Over the past two decades, communications networks have become the conduits for a new era of digital experiences that are transforming the way we work, the way we engage with government, and certainly, most areas of our consumer lives.
As organisations worldwide embrace all things digital on a path to growth, the rapid adoption of cloud, mobile, IoT and everything-as-a-service has placed a significant strain on these legacy networks – built in the 1990’s, long before the cloud was formed, and long before the term ‘digital transformation’ was a twinkle in the CEO’s eye.
While agility has became the holy grail of most modern businesses, and IT leaders now find themselves in an increasingly vital position of driving transformational change, for many, the price of innovation has begun to prove high.
Bandwidth-intensive apps and services are straining existing budgets, connecting increasingly far-flung locations has become infinitely more complex, and all the while, finance continues to whisper in the ears of IT: “reduce, reduce, reduce.”
With IDC estimating that global spending on digital transformation initiatives will reach USD 2 Trillion by 2020, its clear that much is at stake. With IDC also predicting that 60% of digital transformation initiatives will fail to scale by the end of this year as a direct result of a lack of strategic infrastructure, it’s also clear the time for a revolution in networking is now.
Analyst predictions have painted next generation networking technologies, like SD-WAN, as ‘the next big thing’. IDC estimates that SD-WAN will be an 8 Billion dollar global market by 2021.
In another tell-tale sign a revolution is nigh, market consolidation is already underway, with high-profile acquisitions of SD-WAN start-ups by legacy networking providers gracing headlines, the relevance or notion of “pure-play” SD-WAN quickly fading into the proverbial sunset.
IT leaders around the world are beginning to rally to the next-gen networking cause – and fast. A recent Riverbed survey of 1000 IT decision-makers across nine countries revealed Australians are leading the world in SD-WAN adoption, with 65% of IT decision makers expected to deploy the technology in the next two years, compared to 48% globally.
Legacy networks an Achilles heel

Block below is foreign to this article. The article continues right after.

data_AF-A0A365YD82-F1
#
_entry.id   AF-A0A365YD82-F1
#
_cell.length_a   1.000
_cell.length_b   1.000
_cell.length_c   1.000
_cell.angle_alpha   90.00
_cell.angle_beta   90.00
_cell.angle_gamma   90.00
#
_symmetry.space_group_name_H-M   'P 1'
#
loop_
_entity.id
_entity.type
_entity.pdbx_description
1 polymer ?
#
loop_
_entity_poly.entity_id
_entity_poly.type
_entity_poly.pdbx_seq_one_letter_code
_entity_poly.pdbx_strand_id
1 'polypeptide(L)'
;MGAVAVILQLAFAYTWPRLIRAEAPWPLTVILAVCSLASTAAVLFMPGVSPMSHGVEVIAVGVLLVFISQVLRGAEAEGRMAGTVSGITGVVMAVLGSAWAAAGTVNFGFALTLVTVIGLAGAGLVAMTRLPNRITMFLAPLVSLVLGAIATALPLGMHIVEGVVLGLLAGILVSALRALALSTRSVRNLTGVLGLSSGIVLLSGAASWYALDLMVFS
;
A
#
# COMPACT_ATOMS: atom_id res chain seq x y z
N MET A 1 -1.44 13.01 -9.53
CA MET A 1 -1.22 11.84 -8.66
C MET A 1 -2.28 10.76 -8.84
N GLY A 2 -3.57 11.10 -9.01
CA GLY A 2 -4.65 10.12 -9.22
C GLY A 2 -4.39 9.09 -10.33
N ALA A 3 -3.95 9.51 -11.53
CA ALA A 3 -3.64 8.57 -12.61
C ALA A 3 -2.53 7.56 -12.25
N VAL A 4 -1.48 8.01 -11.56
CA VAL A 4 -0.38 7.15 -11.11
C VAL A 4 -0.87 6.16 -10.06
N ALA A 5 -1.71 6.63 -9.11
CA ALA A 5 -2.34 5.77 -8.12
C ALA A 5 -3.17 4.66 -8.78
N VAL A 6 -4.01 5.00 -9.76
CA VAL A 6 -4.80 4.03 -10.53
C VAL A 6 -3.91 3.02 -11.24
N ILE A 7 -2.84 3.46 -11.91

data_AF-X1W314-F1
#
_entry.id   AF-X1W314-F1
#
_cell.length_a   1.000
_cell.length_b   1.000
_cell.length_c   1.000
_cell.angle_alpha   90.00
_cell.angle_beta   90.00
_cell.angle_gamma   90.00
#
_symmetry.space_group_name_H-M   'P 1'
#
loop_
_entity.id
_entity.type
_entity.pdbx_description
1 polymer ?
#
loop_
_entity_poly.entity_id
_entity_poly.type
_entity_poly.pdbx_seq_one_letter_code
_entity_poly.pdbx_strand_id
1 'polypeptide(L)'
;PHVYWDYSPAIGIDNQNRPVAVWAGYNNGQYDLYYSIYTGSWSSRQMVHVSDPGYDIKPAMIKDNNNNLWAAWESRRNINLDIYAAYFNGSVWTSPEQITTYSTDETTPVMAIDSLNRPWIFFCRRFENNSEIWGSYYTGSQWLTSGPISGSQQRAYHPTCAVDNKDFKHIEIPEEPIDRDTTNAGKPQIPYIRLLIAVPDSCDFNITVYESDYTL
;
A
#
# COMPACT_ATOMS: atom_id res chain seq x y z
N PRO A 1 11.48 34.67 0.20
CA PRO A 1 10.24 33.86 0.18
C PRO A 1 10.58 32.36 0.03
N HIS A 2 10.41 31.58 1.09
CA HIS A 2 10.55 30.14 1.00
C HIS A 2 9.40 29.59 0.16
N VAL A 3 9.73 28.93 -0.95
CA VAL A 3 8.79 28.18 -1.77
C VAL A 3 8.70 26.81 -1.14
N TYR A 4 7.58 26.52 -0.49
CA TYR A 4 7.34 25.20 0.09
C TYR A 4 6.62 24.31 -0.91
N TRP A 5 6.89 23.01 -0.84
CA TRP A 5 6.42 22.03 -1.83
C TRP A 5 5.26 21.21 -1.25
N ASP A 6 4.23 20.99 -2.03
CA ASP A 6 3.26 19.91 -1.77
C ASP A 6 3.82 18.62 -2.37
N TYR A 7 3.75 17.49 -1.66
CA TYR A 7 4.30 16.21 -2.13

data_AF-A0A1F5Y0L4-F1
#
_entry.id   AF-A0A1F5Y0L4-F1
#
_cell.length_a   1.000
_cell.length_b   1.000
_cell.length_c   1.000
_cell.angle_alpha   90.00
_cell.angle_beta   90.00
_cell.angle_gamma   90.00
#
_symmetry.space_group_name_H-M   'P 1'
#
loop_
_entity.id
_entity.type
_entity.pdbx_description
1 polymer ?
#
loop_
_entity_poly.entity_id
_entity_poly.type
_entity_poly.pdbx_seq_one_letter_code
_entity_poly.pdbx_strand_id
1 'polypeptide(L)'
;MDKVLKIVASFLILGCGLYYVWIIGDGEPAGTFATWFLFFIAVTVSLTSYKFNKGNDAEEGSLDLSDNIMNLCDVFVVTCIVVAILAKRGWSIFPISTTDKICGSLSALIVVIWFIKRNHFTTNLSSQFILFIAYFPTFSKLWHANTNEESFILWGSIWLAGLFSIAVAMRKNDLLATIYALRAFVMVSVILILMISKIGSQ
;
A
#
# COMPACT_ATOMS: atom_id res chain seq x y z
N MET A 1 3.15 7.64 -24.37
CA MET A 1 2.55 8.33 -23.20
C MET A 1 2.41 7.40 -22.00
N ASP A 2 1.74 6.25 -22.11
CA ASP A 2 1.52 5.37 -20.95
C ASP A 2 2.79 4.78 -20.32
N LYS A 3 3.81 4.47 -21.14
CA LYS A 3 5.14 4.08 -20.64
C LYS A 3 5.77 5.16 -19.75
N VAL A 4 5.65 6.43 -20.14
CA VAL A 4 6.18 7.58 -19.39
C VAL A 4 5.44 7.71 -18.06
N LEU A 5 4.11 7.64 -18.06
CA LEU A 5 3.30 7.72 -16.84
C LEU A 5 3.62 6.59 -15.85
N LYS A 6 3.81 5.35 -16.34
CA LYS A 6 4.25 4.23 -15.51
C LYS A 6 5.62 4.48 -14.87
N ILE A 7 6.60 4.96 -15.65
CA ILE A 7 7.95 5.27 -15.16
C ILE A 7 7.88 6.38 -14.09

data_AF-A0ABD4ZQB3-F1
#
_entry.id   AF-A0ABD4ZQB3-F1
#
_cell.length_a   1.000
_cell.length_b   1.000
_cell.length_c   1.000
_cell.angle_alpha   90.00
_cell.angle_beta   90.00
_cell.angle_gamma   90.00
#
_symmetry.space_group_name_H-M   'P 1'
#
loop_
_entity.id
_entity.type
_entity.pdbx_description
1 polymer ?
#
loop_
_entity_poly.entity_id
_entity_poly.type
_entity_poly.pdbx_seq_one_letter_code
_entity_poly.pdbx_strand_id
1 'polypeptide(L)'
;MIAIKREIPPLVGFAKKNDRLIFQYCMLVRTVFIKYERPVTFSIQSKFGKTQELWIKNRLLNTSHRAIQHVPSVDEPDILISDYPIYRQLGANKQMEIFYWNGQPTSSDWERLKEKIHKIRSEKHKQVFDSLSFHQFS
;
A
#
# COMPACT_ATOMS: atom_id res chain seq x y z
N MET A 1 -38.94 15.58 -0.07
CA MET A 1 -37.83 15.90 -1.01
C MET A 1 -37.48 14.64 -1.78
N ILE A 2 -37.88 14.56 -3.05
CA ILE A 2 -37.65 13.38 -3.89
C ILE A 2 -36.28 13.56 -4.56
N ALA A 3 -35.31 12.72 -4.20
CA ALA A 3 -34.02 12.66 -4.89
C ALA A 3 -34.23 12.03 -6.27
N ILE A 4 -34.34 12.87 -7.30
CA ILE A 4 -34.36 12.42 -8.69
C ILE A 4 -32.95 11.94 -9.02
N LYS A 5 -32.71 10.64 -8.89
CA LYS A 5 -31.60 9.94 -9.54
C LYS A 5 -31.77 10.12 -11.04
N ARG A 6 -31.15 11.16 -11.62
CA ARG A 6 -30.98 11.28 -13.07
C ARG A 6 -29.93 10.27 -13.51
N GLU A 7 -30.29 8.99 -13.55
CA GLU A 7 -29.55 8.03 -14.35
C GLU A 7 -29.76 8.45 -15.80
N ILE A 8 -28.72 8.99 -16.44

This same Riverbed survey revealed a consistent level of agreement that legacy infrastructures are holding back cloud and digital strategies. Two findings are particularly striking: One, nearly all (98%) agreed that a next-gen network is critical to keeping pace with the needs of their business and end users; and two, 93 per cent of respondents had experienced cloud-related network issues – at least once a month – caused by out-dated networking infrastructure.
While legacy networks aren’t suited to meet the demands of cloud-based applications and associated workloads, next-generations dynamically support mobile and cloud-based innovation, empowering IT to deliver business outcomes in a way that wasn’t possible before.
According to the Riverbed survey, a few of the benefits IT decisions-makers believe next-generation networks will provide over legacy architecture include greater agility and better cloud app performance (both 45 %), increased revenue (45%), greater opportunities for expansion (46%), increased productivity (47%) and more efficient bandwidth utilisation (48%).
The time is now
It’s no surprise that a mass migration to next-generation networks is nearing a tipping point. Of the IT decision-makers surveyed in the report, 93 per cent plan to migrate to SD-WAN within the next four years, up from just 4 per cent today.
Early use cases for SD-WAN are emerging, and they’re painting a picture of an exciting new future that could have significant implications for Australia’s public sector as well as banking, retail, healthcare and more.
For example, SD-WAN has given one Australian startup, SimplePay, the power to instantly scale the network to follow the pace of its global expansion and Cloud growth without any security or performance compromises. And globally, one multi-national manufacturer is using SD-WAN across its 100+ sites to transform network security and dramatically reduce the cost and complexity of managing its large ecosystem of partners, joint ventures and customers. Another global retailer is leveraging SD-WAN to help in their store of the future, delivering a ‘millennial grade’ user-experience to customers via rich media and in-store Wi-Fi.
These are scenarios you could have only dreamed about doing 5 years ago.
Each of these examples represents a revolution in networking, and they’re united by a common manifesto: Networking should be software-defined, application-centric and as agile as the business demands.
Taking a cloud-first approach to software brought about the first revolution in enterprise IT; so lets borrow a page from history and take a cloud-first approach to networking, which we believe will lead to the next leap forward. Here in Australia, we are bombarded with the promise of never before seen bandwidth and speeds in the form of the nbn and it can be tempting to rely on this promise. But we need to be thinking about how we can continue to future-proof the network through leading edge technologies such as SD-WAN. If that investment is made today, your tomorrow will thank you.